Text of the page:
Active Learning

The advanced UC IPM training offered a hands-on, train-the-trainer experience that increased participants' knowledge of insect pests of vegetables, vegetable plant diseases and disorders, and vertebrate pests of gardens and homes.  One of the highlights of the training was Human-Wildlife Interaction Advisor, Niamh Quinn, showing a taxidermy collection of vertebrate pests at the Orange and San Luis Obispo County workshops.  Being able to handle and observe the different markings, colors and claws on certain animals makes future identification easier as participants learned the signs to look for when identifying vertebrate pest damage in the vegetable garden.

UC Master Gardeners are getting a real hands-on look at the features of a pocket gopher. Photo Credit: Elaine Lander

UC Master Gardener volunteers were lead through exercises that mimic questions commonly received from the public.  Some of the questions had a photo, others just a sparse description that volunteers worked together to solve using online IPM resources and materials provided at the training.  The exercises were designed to challenge and expose the learner to different types of scenarios and tools they can use in the future.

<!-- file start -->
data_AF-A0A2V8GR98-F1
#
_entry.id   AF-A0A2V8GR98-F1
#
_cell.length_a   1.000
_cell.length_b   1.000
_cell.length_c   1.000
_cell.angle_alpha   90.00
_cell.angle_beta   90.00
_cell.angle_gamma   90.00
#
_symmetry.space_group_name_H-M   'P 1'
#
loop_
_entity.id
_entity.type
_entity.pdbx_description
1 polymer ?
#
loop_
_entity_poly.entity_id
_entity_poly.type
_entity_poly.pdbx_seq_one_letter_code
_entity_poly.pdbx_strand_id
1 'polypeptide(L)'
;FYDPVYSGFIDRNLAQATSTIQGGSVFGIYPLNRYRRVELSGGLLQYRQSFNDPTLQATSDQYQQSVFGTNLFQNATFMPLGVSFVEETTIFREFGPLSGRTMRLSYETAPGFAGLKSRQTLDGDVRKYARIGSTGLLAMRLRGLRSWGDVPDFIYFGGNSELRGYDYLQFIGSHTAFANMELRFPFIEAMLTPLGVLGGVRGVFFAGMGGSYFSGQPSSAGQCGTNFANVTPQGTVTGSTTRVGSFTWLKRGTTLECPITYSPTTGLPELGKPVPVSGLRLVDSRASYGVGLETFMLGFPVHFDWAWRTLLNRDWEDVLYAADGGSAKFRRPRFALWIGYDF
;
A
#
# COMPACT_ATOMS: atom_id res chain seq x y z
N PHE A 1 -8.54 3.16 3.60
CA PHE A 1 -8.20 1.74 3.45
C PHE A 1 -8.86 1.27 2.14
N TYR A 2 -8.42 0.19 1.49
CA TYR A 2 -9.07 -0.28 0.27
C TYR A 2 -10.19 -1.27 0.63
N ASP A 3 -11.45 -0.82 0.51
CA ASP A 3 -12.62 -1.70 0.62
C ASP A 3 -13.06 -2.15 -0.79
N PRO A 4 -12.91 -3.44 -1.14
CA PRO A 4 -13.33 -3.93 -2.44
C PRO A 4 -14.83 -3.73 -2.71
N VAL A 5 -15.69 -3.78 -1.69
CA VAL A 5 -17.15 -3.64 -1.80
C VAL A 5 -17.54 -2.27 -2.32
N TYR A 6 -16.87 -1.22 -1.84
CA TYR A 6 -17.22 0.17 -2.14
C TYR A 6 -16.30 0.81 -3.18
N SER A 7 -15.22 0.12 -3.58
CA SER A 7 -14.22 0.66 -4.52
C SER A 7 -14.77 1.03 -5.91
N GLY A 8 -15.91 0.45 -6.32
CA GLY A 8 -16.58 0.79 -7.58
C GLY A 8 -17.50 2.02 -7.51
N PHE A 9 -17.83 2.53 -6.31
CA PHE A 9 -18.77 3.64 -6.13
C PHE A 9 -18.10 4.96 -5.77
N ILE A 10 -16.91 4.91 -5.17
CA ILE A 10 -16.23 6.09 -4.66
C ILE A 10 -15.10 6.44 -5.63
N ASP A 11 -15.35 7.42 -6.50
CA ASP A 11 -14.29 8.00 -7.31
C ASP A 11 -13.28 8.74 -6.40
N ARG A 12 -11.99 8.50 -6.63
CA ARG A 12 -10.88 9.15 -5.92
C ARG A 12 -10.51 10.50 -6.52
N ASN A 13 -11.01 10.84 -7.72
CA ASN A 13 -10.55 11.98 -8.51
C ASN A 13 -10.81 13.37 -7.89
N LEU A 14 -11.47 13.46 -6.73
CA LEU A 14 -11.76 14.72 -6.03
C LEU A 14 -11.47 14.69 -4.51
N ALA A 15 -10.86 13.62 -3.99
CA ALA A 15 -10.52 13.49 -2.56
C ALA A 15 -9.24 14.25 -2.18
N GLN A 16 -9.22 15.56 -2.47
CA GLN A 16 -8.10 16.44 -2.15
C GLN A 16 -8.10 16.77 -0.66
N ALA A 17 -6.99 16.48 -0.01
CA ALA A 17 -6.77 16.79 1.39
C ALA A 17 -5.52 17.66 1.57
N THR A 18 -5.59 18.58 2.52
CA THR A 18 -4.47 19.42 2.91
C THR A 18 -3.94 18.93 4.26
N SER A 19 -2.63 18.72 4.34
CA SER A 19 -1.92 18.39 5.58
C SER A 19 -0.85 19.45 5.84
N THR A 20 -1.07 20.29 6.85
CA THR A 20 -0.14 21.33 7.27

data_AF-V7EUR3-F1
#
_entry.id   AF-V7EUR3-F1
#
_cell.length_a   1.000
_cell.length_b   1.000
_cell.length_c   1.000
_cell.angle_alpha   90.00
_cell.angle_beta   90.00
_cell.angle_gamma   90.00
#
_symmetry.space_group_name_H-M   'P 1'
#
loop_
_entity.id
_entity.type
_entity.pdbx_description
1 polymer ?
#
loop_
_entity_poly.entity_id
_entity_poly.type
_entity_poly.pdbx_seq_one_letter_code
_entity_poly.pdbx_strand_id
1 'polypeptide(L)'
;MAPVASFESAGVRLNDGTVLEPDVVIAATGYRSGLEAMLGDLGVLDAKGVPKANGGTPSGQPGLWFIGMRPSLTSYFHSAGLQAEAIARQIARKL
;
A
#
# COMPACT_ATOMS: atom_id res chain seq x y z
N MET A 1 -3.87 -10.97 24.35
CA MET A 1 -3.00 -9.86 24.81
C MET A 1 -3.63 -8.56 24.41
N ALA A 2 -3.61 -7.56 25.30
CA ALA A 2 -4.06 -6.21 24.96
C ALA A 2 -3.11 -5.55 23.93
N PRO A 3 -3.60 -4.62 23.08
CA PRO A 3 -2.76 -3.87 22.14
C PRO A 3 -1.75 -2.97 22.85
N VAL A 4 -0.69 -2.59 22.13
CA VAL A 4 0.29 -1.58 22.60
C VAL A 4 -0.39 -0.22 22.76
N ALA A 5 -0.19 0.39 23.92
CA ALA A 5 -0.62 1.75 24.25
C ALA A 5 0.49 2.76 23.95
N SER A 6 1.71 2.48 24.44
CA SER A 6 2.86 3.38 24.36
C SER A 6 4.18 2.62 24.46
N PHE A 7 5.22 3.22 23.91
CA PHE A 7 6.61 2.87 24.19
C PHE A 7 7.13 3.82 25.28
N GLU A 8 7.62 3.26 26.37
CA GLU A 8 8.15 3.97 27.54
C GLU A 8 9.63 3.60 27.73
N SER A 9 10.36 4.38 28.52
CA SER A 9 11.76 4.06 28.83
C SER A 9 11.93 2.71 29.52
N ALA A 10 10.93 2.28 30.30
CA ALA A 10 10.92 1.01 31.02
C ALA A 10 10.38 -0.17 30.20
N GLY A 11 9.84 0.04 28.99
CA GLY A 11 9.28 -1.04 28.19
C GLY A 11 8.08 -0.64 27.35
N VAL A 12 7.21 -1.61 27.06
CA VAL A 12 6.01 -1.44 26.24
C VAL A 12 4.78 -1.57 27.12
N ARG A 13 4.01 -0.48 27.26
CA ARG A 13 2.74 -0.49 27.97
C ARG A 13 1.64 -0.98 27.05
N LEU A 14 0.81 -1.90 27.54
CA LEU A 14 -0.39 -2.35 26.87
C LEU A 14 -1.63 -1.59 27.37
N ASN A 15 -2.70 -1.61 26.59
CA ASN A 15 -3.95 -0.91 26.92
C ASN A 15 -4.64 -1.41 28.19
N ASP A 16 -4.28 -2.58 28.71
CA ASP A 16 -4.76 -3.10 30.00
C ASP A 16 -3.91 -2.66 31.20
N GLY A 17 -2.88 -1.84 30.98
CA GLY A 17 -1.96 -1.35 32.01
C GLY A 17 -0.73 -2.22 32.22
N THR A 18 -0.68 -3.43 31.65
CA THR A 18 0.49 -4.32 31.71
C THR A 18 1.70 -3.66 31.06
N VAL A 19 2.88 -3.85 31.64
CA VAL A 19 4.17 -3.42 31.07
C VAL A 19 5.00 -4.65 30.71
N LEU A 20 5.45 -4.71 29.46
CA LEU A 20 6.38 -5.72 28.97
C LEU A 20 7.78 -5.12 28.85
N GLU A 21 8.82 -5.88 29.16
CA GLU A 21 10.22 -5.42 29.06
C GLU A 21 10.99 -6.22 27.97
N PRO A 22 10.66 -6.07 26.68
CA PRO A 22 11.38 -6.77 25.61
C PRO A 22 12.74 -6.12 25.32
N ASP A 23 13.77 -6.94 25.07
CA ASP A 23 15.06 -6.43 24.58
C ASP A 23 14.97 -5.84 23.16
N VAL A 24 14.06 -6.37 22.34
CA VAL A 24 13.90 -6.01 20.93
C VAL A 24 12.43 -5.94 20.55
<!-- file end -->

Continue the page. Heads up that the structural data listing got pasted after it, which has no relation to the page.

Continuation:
Outreach and Education

The UC Master Gardener Program's mission is to extend research-based information, by attending advanced trainings such as this, volunteers are even more prepared to contribute to the program's mission. With exposure and practice using new resources and materials training attendees have the tools and knowledge needed to educate the public on vegetable pests and solutions including scripted PowerPoints, activities, handouts, and vegetable pest identification card sets. One attendee reported “As a first year UC Master Gardener, this training helped me become more comfortable and more confident researching answers for pest management questions.” 

At the conclusion of the training volunteers convened with their fellow county volunteers to talk about their plans to take new found knowledge back into their communities.  Some of the great ideas generated were: